Bartholomew, Daisy Lane

Daisy Lane Bartholomew

Submitted by: Charlotte Braly Schuepbach, granddaughter of Daisy Lane Williams.

Daisy Lane Williams was an amazing woman whose 94 years witnessed many wondrous events in the history of her people, state and country. She was the granddaughter of Jincy James who made the long difficult trip on the Trail of Tears from Mississippi to Skullyville, Indian Territory in the 1830’s. Jincy married Impson Jones in 1847. His brother was Wilson N. Jones who became one of the wealthiest Choctaws and principal Chief. Jincy taught school.

She gave birth to Frances November 12, 1854 in Skullyville. When Frances was 20 she married a forty-year-old Irish immigrant named Bartholomew Lane who was a section foreman for the Missouri, Kansas, and Texas (the “Katy”) railroad. They lived north of Caddo. Daisy, the ninth child of Frances and Bartholomew, was born in

One afternoon as she was riding down the main street of Caddo, Douglas Williams, the owner of the furniture store, stopped Daisy. He said that he would trade his son James Pinckney for the horse that Daisy was riding. Daisy laughed and said that she would have to check James out first. She liked what she saw. He was a soft-spoken man from South Carolina with blue eyes that danced as he talked. They married in 1912. They built a home on her Indian allotment north of Caddo. They had three children, Rose Elaine, Edward, and Robert. In 1952, James Pinckney Williams (Cowboy Pink) was elected as Lieutenant Governor of Oklahoma. The couple moved to Oklahoma City.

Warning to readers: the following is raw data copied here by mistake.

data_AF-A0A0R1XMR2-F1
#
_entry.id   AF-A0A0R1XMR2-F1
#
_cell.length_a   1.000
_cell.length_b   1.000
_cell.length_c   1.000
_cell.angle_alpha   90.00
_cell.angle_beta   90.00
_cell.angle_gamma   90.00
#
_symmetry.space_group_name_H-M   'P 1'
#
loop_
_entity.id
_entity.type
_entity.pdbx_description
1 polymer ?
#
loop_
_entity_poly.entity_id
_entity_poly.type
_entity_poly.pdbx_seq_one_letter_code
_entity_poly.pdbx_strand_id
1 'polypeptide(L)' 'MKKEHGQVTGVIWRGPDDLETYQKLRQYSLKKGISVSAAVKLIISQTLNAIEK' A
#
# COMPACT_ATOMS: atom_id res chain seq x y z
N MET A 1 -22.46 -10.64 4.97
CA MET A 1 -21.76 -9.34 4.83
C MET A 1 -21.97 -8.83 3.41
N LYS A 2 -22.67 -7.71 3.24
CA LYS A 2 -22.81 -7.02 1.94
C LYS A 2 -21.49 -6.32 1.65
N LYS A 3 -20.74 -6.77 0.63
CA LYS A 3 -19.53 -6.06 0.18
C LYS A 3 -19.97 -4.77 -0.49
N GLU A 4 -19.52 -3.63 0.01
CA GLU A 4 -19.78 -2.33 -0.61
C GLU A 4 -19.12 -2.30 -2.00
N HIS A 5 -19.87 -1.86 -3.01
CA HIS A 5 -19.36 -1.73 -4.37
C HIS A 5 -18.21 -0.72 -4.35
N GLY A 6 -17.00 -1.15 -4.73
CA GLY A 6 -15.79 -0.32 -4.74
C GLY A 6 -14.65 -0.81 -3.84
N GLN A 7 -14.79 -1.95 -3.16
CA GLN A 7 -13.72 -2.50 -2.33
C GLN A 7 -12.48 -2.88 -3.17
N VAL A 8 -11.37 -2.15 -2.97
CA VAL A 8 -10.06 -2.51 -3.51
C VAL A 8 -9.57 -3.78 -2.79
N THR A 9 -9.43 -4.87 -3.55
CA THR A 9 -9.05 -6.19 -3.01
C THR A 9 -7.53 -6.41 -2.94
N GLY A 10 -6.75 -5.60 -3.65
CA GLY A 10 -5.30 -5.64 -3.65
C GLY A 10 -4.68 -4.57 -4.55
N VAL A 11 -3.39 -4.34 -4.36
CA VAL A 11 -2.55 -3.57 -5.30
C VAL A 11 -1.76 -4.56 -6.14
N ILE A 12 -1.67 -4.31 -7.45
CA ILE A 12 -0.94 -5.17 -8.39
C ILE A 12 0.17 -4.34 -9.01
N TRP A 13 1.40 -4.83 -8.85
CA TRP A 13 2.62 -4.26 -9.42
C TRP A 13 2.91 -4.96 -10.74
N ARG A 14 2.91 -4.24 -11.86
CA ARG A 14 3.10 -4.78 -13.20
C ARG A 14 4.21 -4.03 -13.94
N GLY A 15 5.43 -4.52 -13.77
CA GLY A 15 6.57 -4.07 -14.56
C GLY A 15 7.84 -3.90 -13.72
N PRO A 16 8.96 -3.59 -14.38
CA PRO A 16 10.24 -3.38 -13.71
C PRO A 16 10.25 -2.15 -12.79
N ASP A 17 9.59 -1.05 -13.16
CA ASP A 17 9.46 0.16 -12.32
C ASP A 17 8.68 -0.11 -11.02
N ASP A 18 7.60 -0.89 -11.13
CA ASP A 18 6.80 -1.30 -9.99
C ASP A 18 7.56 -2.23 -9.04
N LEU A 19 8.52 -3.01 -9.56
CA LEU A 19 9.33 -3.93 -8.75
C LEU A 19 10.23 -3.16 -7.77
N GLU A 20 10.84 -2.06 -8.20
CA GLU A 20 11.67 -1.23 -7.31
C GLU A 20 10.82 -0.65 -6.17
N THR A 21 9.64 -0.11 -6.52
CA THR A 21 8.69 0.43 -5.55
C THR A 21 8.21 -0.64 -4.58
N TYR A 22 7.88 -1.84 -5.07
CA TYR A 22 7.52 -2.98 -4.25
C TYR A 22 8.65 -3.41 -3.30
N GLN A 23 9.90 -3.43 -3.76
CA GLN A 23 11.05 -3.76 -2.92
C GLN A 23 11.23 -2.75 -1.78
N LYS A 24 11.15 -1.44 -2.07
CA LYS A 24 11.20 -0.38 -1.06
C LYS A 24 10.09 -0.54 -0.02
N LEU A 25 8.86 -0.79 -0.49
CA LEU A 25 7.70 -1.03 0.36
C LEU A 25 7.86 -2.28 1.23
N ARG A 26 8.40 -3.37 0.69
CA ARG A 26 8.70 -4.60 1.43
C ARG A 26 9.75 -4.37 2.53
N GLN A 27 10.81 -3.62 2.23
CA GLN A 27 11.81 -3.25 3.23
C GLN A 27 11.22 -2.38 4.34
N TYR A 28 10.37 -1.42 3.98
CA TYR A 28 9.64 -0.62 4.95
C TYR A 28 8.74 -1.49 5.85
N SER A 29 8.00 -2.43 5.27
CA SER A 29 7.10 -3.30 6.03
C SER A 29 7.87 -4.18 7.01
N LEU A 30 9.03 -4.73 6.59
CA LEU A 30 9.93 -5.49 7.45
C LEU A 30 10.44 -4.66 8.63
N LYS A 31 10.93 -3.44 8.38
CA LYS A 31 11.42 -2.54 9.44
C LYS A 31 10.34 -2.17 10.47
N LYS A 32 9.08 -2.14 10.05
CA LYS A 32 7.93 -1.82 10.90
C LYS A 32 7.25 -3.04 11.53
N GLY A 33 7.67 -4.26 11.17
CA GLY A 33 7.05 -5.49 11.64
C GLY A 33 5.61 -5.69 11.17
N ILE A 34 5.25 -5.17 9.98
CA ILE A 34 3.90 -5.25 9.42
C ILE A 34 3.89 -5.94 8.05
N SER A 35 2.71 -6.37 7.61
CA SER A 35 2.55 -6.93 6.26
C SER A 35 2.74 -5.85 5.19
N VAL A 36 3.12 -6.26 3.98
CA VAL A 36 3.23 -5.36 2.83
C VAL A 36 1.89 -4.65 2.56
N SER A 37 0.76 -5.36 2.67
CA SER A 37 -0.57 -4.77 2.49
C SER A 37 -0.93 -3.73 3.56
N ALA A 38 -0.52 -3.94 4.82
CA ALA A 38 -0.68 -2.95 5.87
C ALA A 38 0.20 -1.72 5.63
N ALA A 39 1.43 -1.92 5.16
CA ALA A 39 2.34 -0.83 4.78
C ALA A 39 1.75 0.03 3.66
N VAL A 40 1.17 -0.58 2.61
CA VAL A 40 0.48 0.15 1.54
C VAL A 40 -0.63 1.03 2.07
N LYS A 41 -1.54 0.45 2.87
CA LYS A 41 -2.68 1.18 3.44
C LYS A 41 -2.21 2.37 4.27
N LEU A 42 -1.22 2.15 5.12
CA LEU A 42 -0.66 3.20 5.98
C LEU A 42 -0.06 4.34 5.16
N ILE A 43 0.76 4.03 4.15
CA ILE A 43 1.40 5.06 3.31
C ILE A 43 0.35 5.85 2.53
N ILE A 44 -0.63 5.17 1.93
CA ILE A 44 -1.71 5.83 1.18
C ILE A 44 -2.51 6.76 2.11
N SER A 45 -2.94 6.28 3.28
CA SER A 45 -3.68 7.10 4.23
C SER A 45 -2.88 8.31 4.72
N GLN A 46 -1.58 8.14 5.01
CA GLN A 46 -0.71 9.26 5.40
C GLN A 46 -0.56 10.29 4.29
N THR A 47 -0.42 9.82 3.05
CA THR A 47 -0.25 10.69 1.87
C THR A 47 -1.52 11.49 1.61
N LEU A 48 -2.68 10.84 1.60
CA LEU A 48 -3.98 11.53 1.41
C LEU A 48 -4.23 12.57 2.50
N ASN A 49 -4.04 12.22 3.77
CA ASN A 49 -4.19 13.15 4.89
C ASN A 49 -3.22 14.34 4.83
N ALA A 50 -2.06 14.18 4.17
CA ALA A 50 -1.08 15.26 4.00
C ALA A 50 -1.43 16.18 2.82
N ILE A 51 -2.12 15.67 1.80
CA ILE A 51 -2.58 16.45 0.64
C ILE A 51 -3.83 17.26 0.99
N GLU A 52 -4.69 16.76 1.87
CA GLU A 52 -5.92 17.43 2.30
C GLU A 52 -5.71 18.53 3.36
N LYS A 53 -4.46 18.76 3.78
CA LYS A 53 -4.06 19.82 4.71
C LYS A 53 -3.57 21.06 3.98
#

As wife of the Lt. Gov. Daisy entertained Eleanor Roosevelt, Bess Truman, Robert Kerr, Carl Albert, Sen. John F. Kennedy, John Wayne, among others. Cowboy Pink Williams also served as State Treasurer. They returned to their ranch in 1966 after retiring from politics. Daisy enjoyed traveling. She and her husband visited most of the states, Canada and Mexico. She visited Ireland four times seeking her father’s family in the River Kenmare area. She was a member of the Caddo Music and Literary Club and the Civic and Cemetery Club. She leased her ranch to Reba McEntire early in the singer’s career. Daisy Lane Williams died in 1986.